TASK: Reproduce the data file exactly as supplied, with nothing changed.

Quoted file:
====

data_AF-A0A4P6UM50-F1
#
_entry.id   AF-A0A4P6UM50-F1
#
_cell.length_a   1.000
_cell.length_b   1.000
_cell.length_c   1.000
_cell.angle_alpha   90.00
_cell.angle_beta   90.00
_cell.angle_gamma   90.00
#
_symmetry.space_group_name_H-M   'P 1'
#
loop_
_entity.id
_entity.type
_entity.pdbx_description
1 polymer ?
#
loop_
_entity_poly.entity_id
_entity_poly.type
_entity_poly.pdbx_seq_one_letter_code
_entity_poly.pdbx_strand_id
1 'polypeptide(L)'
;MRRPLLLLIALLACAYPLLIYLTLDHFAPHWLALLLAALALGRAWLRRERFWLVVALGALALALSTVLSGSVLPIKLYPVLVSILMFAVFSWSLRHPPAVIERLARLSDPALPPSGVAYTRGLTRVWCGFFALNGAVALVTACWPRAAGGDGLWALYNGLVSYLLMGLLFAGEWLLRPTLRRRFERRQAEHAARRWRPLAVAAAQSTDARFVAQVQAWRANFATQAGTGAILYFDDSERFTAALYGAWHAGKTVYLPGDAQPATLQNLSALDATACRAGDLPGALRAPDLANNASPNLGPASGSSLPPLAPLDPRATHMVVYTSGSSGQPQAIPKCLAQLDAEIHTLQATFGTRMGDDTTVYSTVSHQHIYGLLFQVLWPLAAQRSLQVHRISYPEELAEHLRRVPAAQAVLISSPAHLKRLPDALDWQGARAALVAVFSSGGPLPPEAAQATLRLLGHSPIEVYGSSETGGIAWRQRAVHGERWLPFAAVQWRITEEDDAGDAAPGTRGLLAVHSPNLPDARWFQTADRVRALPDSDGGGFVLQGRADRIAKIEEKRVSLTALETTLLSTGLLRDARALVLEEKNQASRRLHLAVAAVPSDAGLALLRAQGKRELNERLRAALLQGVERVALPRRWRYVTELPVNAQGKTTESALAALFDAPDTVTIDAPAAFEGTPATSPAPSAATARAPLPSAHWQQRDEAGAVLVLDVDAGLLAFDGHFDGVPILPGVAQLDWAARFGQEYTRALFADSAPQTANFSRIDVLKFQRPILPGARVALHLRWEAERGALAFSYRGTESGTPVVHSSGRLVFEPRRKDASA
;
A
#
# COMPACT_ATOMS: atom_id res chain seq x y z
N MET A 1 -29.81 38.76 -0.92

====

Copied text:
data_AF-A0A4P6UM50-F1
#
_entry.id   AF-A0A4P6UM50-F1
#
_cell.length_a   1.000
_cell.length_b   1.000
_cell.length_c   1.000
_cell.angle_alpha   90.00
_cell.angle_beta   90.00
_cell.angle_gamma   90.00
#
_symmetry.space_group_name_H-M   'P 1'
#
loop_
_entity.id
_entity.type
_entity.pdbx_description
1 polymer ?
#
loop_
_entity_poly.entity_id
_entity_poly.type
_entity_poly.pdbx_seq_one_letter_code
_entity_poly.pdbx_strand_id
1 'polypeptide(L)'
;MRRPLLLLIALLACAYPLLIYLTLDHFAPHWLALLLAALALGRAWLRRERFWLVVALGALALALSTVLSGSVLPIKLYPVLVSILMFAVFSWSLRHPPAVIERLARLSDPALPPSGVAYTRGLTRVWCGFFALNGAVALVTACWPRAAGGDGLWALYNGLVSYLLMGLLFAGEWLLRPTLRRRFERRQAEHAARRWRPLAVAAAQSTDARFVAQVQAWRANFATQAGTGAILYFDDSERFTAALYGAWHAGKTVYLPGDAQPATLQNLSALDATACRAGDLPGALRAPDLANNASPNLGPASGSSLPPLAPLDPRATHMVVYTSGSSGQPQAIPKCLAQLDAEIHTLQATFGTRMGDDTTVYSTVSHQHIYGLLFQVLWPLAAQRSLQVHRISYPEELAEHLRRVPAAQAVLISSPAHLKRLPDALDWQGARAALVAVFSSGGPLPPEAAQATLRLLGHSPIEVYGSSETGGIAWRQRAVHGERWLPFAAVQWRITEEDDAGDAAPGTRGLLAVHSPNLPDARWFQTADRVRALPDSDGGGFVLQGRADRIAKIEEKRVSLTALETTLLSTGLLRDARALVLEEKNQASRRLHLAVAAVPSDAGLALLRAQGKRELNERLRAALLQGVERVALPRRWRYVTELPVNAQGKTTESALAALFDAPDTVTIDAPAAFEGTPATSPAPSAATARAPLPSAHWQQRDEAGAVLVLDVDAGLLAFDGHFDGVPILPGVAQLDWAARFGQEYTRALFADSAPQTANFSRIDVLKFQRPILPGARVALHLRWEAERGALAFSYRGTESGTPVVHSSGRLVFEPRRKDASA
;
A
#
# COMPACT_ATOMS: atom_id res chain seq x y z
N MET A 1 -29.81 38.76 -0.92